Deck the halls with boughs of holly..Christmas exams are finished and thousands of students have packed up their rucksacks and migrated home for the holidays, including international students.
However, for all the students who will be doing the usual family stuff at Christmas, many will be spending the festive period miles away from their homes and often, Irish Christmas traditions are world's apart from what they're familiar with.
End of Year Celebrations
According to Melda Slattery, Head of Public Affairs at Dublin Institute of Technology, the college's student body is increasingly diverse - with over 1000 students from 57 different countries.
In the run-up to Christmas, the college hold an ‘End of Year Celebration’ as a way of helping international students get into the Irish festive spirit. She says while most EU students go home for Christmas, those from outside the EU tend to stay in Ireland.
And although she can't offer a definitive opinion on how foreign students view Irish people - "I don't think we can generalise" - she is essentially positive about their time spent here, describing them as "fantastic," particularly those who have to deal with big cultural differences as well as the challenges of studying in another language.
Ms. Slattery also believes that Irish students benefit from working alongside students from different nations.
It’s an encouragement to them to opt for opportunities to study or work abroad but it is also a huge advantage to learn to collaborate and develop an understanding and empathy with people of other cultures as many graduates will work in an international context in their future careers, whether they are based in Ireland or go abroad.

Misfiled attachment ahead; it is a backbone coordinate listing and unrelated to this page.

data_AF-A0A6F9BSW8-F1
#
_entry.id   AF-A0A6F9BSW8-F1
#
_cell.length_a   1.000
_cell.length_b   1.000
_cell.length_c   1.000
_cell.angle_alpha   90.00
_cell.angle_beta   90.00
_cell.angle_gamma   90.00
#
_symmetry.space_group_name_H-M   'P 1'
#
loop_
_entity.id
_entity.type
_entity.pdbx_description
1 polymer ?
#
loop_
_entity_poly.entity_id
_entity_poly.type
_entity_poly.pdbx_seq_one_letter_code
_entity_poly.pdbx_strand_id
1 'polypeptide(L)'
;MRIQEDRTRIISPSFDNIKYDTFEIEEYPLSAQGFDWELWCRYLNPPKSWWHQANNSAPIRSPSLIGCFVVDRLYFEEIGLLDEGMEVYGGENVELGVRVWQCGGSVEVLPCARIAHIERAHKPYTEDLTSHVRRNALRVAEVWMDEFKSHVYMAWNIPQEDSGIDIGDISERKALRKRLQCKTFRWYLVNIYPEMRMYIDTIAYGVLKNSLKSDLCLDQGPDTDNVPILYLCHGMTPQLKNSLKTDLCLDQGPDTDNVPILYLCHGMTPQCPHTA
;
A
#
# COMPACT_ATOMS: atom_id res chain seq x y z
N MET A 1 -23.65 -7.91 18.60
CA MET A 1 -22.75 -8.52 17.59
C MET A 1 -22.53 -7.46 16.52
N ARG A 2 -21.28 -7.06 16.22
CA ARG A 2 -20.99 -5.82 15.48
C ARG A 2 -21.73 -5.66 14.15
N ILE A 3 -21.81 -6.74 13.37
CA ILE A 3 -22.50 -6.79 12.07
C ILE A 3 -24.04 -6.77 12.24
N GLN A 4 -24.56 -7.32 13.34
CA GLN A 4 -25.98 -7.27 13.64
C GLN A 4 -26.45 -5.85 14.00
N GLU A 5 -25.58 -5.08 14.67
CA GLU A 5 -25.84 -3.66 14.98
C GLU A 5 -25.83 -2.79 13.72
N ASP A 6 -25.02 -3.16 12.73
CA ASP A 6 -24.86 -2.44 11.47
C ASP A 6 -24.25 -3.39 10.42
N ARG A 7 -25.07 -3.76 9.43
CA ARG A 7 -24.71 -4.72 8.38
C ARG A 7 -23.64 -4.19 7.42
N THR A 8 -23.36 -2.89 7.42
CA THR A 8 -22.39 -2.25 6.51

No one wanted to leave us on our own for Christmas
Esther Kleise 21, is studying Science and Nanotechnology in DIT and is from Rotterdam in The Netherlands. She says that we tend to place more of an emphasis on Christmas in Ireland compared to where she's from.
I feel that in Ireland, Christmas is a big deal because of the religious aspect. Many of my friends go to mass on the day, even if they're not religious themselves. Back home that's not really a thing.
Esther, who has been living here for four years, considers Irish hospitality to be alive and well, especially over the festive period.
Although she'll be travelling home for Christmas, she says in the past, Irish families have invited her and her roommate round for dinner on the day, adding: "No one wanted to leave us by ourselves over Christmas which is amazing. Irish people are very welcoming and will always offer to have you over."
The overall feel of the city over Christmas is just wonderful
She says she had a great time taking part in one of the most important festive traditions in recent years - "Has anyone ever made it to the twelfth pub?" - but ultimately gave up after pub number four
Esther at the DIT Christmas appeal
Esther's particularly passionate about being involved in the DIT Society, namely their annual Christmas Appeal. She believes that charity in Ireland is generally more personable, with students buying presents, planning events and going out in the cold with buckets and Santa hats to show their support.